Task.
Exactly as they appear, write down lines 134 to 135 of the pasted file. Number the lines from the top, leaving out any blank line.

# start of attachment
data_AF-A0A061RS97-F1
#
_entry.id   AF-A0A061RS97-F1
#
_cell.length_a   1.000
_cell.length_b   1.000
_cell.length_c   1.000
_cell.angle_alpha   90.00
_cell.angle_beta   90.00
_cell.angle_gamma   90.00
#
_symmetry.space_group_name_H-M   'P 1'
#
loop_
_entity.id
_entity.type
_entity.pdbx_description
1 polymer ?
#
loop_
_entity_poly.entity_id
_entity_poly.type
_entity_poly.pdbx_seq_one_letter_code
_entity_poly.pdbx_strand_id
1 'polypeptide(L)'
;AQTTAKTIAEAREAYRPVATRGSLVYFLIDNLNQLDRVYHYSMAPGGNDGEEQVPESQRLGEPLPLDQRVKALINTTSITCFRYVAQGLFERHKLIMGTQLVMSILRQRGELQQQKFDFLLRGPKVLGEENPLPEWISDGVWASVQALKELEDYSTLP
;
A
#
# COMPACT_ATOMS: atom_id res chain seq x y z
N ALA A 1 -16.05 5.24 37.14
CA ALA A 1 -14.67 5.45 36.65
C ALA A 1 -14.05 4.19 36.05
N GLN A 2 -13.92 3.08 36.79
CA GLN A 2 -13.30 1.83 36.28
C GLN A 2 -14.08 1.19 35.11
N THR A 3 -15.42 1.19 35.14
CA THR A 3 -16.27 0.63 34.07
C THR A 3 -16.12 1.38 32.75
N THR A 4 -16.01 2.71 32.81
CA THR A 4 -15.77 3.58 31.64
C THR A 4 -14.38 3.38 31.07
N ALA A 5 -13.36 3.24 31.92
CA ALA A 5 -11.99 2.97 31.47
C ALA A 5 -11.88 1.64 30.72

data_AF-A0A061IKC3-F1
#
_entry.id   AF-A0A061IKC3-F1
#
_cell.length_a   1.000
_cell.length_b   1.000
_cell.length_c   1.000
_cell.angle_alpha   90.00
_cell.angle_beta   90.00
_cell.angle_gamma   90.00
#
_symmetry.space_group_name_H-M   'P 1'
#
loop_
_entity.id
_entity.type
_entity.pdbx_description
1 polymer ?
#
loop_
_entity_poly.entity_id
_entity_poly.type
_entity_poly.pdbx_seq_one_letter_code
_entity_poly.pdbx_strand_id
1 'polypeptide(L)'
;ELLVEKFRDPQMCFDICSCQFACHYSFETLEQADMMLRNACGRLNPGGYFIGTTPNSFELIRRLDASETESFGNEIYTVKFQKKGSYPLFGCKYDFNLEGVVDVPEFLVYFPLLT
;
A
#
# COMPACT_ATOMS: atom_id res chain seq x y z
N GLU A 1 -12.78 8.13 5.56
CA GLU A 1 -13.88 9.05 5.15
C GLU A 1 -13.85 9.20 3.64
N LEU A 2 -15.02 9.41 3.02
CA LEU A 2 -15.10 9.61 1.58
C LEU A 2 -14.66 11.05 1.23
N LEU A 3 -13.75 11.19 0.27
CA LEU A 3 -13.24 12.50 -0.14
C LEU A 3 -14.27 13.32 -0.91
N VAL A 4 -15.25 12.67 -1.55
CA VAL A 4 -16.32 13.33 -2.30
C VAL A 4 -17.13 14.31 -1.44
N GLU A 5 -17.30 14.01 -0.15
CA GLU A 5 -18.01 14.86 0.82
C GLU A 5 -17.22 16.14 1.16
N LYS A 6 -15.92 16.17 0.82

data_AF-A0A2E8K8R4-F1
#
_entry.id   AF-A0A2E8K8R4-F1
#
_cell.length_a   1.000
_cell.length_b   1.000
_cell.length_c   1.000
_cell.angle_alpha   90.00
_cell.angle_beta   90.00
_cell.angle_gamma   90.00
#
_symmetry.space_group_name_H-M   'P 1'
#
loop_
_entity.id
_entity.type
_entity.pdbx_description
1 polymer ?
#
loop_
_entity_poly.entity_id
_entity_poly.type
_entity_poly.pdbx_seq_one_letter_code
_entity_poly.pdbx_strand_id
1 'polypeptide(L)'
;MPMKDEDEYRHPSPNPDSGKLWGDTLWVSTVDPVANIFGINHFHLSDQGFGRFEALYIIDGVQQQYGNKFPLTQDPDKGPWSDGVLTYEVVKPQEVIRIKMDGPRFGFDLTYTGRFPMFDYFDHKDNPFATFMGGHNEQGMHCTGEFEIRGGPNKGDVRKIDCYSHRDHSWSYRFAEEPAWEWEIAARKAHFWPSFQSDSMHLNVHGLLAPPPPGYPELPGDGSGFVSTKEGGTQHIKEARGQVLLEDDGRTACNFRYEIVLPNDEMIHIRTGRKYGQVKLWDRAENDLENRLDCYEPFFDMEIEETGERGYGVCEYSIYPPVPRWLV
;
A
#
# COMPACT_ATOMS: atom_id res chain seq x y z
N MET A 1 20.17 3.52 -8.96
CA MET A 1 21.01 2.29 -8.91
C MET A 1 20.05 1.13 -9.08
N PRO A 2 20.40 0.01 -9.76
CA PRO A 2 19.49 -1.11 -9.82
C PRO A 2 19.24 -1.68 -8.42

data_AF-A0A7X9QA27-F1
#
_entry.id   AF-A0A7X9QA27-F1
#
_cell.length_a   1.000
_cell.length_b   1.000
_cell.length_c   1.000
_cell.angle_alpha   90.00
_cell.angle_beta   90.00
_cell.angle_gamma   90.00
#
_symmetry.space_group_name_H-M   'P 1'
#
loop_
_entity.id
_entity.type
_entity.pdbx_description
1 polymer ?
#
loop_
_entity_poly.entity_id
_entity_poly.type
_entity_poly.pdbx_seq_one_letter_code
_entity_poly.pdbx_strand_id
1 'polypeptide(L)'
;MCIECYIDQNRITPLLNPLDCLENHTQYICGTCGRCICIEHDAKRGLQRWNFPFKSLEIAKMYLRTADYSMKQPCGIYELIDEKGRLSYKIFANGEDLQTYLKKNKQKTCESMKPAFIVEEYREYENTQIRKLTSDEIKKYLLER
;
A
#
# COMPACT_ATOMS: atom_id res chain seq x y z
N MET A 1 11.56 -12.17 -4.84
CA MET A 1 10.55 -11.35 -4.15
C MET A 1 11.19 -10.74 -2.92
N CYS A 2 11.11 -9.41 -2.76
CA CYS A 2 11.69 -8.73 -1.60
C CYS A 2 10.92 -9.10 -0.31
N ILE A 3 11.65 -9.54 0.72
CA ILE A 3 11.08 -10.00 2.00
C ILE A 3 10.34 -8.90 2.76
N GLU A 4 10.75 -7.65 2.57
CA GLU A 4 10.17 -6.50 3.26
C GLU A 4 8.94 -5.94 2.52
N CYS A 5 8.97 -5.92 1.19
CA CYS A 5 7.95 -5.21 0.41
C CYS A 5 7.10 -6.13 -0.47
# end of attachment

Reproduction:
_cell.length_c   1.000
_cell.angle_alpha   90.00